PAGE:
Veteran gardener recalls his Pacific experiences
November 11, 2004
Special to the Advocate

Editor's Note: This is the first of two parts. The conclusion will appear Friday. The author is a World War II veteran and a Victoria County master gardener.

 Fellow master gardeners asked me to write as a "veteran" gardener for Veteran's Day. I'm not sure just what was expected, but as a master gardener in Victoria County from the very first class in 1997 - and one of the remaining "veterans" of the original training program, I took it to heart. I will tell a few of my World War II experiences and share the significance of the land throughout my life - and what I saw in the way of gardening while I was overseas with the U.S. Army.

How well I remember the war efforts to support our troops - and the assignment I had of inevitably identifying body remains with the American graves registration detachment of the Quartermaster Corps of the U.S. Army. This was an experience I shall never forget - just as American citizens today should never forget the significance of Veterans Day. Today is a day set aside to pay tribute to veterans who were in all of America's wars, for their contributions and sacrifices in preserving freedom around the world.

Gardening has been a part of my life since my early years. During the days of the Depression and until the beginning of World War II, it was a dire necessity to have a garden in order to survive because there was not much money to buy the things needed to exist.

We relied on the land and lived off of it because we had to. Everyone living in the country had a garden, size sufficient to grow the vegetables that you normally would use. Everything that could be preserved by canning, storing and drying was done so, in order to last from season to season. These were basics and planted my attachment to my homeland.

At that time all gardens were started from seed. You saved the seeds from the year before and planted them and grew plants, which you transplanted into your garden.

During World Way II, the Victory Garden concept was created, and everyone who had any available space was asked to have one - even those who lived in town. Everyone learned to preserve produce.

All of this, and a whole lot more sacrifices were made for the war effort. These practices were routine for the time in our country. War efforts at home inspired you to continue them when in military service for freedom around the world. Civilian and military efforts bonded together.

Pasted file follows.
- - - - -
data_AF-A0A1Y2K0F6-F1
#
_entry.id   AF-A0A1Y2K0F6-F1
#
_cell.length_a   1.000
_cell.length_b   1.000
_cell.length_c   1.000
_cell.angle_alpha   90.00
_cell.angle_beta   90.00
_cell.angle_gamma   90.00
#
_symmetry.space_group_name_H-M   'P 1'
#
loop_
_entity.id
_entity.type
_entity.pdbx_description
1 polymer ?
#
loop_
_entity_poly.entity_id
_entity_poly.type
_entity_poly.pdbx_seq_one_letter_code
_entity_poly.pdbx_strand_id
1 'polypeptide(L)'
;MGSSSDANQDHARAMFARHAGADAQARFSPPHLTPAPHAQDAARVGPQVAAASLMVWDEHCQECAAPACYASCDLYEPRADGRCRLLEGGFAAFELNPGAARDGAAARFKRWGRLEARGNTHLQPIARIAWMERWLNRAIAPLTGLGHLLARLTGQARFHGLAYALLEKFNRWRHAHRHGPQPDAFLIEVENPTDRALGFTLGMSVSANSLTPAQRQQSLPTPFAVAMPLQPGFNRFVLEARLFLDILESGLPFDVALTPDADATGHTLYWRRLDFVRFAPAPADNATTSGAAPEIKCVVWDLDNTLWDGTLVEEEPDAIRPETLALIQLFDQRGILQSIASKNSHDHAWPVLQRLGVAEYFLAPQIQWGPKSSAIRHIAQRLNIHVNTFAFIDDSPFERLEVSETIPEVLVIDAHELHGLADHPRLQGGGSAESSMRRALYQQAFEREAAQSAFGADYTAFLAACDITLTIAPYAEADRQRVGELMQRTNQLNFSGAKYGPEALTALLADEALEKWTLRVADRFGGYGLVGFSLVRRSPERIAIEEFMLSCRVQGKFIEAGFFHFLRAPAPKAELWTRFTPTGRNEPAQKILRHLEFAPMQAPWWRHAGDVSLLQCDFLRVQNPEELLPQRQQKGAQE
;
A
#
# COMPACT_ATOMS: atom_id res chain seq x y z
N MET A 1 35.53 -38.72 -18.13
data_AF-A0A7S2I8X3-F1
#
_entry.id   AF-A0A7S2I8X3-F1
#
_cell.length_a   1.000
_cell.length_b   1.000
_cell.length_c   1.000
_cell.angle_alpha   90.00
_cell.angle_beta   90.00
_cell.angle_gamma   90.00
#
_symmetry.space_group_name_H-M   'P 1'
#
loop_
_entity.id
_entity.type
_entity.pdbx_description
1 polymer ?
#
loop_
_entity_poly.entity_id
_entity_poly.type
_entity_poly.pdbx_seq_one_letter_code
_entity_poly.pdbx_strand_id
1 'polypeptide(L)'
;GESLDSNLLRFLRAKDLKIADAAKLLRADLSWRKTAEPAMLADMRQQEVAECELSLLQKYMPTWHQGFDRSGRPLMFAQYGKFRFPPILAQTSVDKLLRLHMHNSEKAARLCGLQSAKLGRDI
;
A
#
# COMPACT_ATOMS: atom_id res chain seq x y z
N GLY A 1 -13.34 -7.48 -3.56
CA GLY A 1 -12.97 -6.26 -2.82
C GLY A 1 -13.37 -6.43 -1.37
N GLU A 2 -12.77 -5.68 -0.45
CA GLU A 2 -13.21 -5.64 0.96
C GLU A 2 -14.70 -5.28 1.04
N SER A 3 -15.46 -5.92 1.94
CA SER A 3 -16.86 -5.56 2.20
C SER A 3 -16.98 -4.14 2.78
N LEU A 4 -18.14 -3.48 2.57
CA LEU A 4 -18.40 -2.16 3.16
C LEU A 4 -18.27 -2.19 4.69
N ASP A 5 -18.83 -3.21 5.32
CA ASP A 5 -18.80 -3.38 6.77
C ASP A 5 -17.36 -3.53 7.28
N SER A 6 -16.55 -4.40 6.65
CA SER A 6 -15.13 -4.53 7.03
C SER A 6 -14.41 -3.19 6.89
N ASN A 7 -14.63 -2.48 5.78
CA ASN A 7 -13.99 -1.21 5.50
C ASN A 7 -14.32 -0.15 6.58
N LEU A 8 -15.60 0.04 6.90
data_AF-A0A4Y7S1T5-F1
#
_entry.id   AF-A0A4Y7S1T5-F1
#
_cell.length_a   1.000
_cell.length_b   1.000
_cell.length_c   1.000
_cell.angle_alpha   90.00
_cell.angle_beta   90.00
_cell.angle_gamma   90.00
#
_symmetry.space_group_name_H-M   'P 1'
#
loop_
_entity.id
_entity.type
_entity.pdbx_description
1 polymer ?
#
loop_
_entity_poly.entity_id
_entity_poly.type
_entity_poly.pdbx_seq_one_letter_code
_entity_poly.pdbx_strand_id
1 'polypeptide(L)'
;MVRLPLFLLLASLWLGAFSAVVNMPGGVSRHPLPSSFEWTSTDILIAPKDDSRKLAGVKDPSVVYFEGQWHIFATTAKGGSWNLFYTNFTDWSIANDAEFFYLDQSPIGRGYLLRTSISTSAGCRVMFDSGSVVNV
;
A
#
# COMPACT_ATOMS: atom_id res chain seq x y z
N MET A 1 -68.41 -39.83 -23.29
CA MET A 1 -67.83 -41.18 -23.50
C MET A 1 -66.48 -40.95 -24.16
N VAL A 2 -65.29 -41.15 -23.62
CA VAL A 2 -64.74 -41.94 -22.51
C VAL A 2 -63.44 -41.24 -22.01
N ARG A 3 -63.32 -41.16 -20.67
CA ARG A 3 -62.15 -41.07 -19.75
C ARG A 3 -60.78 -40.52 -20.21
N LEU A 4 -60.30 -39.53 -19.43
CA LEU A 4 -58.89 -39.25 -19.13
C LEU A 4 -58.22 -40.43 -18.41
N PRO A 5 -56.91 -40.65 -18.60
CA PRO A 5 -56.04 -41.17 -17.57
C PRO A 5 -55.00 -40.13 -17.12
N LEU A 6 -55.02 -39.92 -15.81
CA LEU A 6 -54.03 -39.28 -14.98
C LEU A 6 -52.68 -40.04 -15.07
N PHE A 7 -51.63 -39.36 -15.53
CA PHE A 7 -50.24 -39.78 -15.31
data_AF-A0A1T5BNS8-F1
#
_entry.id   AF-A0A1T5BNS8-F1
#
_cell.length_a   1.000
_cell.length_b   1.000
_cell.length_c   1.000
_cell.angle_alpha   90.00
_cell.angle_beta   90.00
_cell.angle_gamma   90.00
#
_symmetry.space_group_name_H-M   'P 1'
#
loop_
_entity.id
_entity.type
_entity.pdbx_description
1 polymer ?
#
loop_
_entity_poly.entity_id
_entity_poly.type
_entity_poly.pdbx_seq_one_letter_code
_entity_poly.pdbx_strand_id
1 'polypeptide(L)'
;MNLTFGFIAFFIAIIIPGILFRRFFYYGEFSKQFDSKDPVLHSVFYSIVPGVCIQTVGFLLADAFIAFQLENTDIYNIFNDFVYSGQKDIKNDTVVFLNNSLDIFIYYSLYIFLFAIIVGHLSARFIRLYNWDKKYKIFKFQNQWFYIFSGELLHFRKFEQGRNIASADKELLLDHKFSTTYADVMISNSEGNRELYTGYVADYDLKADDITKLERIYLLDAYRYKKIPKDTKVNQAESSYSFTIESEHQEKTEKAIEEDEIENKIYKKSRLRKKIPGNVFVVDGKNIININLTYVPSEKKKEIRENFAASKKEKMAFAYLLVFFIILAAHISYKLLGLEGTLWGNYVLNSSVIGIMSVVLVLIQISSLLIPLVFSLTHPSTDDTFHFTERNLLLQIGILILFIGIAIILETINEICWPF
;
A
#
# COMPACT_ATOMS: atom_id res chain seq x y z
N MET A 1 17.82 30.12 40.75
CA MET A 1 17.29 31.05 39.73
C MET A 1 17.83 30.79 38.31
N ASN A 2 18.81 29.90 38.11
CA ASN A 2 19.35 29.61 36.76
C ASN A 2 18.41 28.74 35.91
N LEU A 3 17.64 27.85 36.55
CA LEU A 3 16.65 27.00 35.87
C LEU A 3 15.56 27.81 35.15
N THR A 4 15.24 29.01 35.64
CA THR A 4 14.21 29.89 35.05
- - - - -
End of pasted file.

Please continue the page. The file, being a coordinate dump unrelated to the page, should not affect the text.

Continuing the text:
From rural Ganado, I went overseas in 1946 from my family's farm at the age of 17. Late that year, I was in a replacement depot in Manila, Philippines, when I learned I was going to be shipped to Okinawa.

I was fortunate to meet an old soldier who had been in Okinawa before the war. He told me that Okinawa was to the Japanese people like Hawaii is to the American people. It was the "Pearl of the Orient," a place where the affluent of Japan spent summers and vacations for rest and relaxation.

He talked about the port village of Naha, the gateway to Okinawa, a thriving place providing entertainment for many from all walks of life. He talked about the beautiful oriental foliage that covered the whole area around Naha, about the miles of clean white sand beaches and the sparkling blue waters of the South China Sea, and the perfect weather for all outdoor gardens.

When I got to Okinawa, it was a cold wet day, about 35 degrees and raining. We were in summer uniform, because when we left Manila it was hot. No one had any winter uniforms, and to make it worse, the truck that was to pick us up was about an hour late because of the weather.

There were no intact buildings in which to take shelter. Even if there had been, they would have been off limits because of live ordnance - unexploded tools of war like aerial bombs, artillery shells, land mines, booby traps, and grenades.

On the way to the 9th Station Hospital, my new assignment, I did not see any signs of the things my old soldier friend had described. All I saw was a devastated Naha.

To make things still worse, there were some renegade Japanese soldiers around who would not believe the war was over. So much for my introduction to the "Pearl of the Orient." I should have known better, I guess, than to expect a tropical garden paradise.

From my Quonset hut quarters, I was unexpectedly selected along with three nurses to dispense shots for some sort of health condition prevalent among the native people of Okinawa. This inoculation was given to all the military and civilian personnel on the island, and took the four of us 3 1/2 days at 10 hours a day to complete this program. I could not help but wonder what brought on the health condition - was it from the land, the food, or just something that existed on this island?

There was not anything too obscure about gardening on the island, except when we were on the beach I would see the native people pass by carrying fresh vegetables. What got my attention was the size of these vegetables. They had carrots that were 2 to 3 inches in diameter and 12 to 15 inches long, and cabbages that weighed about 7 to 10 pounds. Everything they had was the largest I had ever seen, then and now.